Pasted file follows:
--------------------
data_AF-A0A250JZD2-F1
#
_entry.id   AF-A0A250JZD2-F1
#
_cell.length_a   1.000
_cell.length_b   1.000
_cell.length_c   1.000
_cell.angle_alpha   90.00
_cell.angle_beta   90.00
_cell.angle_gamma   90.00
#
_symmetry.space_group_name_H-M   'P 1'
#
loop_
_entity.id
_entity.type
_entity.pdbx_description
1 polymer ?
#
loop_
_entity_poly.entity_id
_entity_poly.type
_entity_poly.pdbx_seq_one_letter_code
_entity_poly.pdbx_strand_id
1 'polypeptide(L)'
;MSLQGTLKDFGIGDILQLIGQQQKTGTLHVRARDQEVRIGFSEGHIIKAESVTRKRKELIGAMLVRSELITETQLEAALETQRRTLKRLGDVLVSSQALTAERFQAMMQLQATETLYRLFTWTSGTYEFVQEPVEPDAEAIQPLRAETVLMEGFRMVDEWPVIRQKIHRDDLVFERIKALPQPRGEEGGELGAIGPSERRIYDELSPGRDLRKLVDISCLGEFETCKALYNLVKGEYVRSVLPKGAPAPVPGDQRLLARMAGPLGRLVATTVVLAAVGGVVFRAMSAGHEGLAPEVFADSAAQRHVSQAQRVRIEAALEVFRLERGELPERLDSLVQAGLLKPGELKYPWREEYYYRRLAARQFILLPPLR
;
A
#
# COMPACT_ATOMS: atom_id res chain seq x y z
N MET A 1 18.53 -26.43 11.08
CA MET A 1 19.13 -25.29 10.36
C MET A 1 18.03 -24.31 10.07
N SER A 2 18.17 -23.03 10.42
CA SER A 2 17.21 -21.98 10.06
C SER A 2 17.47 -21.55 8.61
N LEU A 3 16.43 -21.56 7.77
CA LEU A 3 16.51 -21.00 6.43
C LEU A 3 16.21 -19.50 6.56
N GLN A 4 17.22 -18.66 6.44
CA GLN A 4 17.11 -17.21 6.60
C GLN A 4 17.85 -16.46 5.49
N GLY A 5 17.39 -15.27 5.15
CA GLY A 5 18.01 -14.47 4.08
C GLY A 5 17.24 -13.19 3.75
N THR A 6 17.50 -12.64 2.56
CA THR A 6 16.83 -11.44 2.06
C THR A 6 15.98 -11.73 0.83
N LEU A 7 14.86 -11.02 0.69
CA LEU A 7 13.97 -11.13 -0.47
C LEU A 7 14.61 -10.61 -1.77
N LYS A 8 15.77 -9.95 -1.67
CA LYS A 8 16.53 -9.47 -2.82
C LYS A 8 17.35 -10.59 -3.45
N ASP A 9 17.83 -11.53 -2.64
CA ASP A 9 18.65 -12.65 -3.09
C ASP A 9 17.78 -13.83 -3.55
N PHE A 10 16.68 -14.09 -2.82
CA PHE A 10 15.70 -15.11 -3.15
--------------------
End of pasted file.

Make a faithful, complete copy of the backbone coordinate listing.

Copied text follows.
data_AF-A0A250JZD2-F1
#
_entry.id   AF-A0A250JZD2-F1
#
_cell.length_a   1.000
_cell.length_b   1.000
_cell.length_c   1.000
_cell.angle_alpha   90.00
_cell.angle_beta   90.00
_cell.angle_gamma   90.00
#
_symmetry.space_group_name_H-M   'P 1'
#
loop_
_entity.id
_entity.type
_entity.pdbx_description
1 polymer ?
#
loop_
_entity_poly.entity_id
_entity_poly.type
_entity_poly.pdbx_seq_one_letter_code
_entity_poly.pdbx_strand_id
1 'polypeptide(L)'
;MSLQGTLKDFGIGDILQLIGQQQKTGTLHVRARDQEVRIGFSEGHIIKAESVTRKRKELIGAMLVRSELITETQLEAALETQRRTLKRLGDVLVSSQALTAERFQAMMQLQATETLYRLFTWTSGTYEFVQEPVEPDAEAIQPLRAETVLMEGFRMVDEWPVIRQKIHRDDLVFERIKALPQPRGEEGGELGAIGPSERRIYDELSPGRDLRKLVDISCLGEFETCKALYNLVKGEYVRSVLPKGAPAPVPGDQRLLARMAGPLGRLVATTVVLAAVGGVVFRAMSAGHEGLAPEVFADSAAQRHVSQAQRVRIEAALEVFRLERGELPERLDSLVQAGLLKPGELKYPWREEYYYRRLAARQFILLPPLR
;
A
#
# COMPACT_ATOMS: atom_id res chain seq x y z
N MET A 1 18.53 -26.43 11.08
CA MET A 1 19.13 -25.29 10.36
C MET A 1 18.03 -24.31 10.07
N SER A 2 18.17 -23.03 10.42
CA SER A 2 17.21 -21.98 10.06
C SER A 2 17.47 -21.55 8.61
N LEU A 3 16.43 -21.56 7.77
CA LEU A 3 16.51 -21.00 6.43
C LEU A 3 16.21 -19.50 6.56
N GLN A 4 17.22 -18.66 6.44
CA GLN A 4 17.11 -17.21 6.60
C GLN A 4 17.85 -16.46 5.49
N GLY A 5 17.39 -15.27 5.15
CA GLY A 5 18.01 -14.47 4.08
C GLY A 5 17.24 -13.19 3.75
N THR A 6 17.50 -12.64 2.56
CA THR A 6 16.83 -11.44 2.06
C THR A 6 15.98 -11.73 0.83
N LEU A 7 14.86 -11.02 0.69
CA LEU A 7 13.97 -11.13 -0.47
C LEU A 7 14.61 -10.61 -1.77
N LYS A 8 15.77 -9.95 -1.67
CA LYS A 8 16.53 -9.47 -2.82
C LYS A 8 17.35 -10.59 -3.45
N ASP A 9 17.83 -11.53 -2.64
CA ASP A 9 18.65 -12.65 -3.09
C ASP A 9 17.78 -13.83 -3.55
N PHE A 10 16.68 -14.09 -2.82
CA PHE A 10 15.70 -15.11 -3.15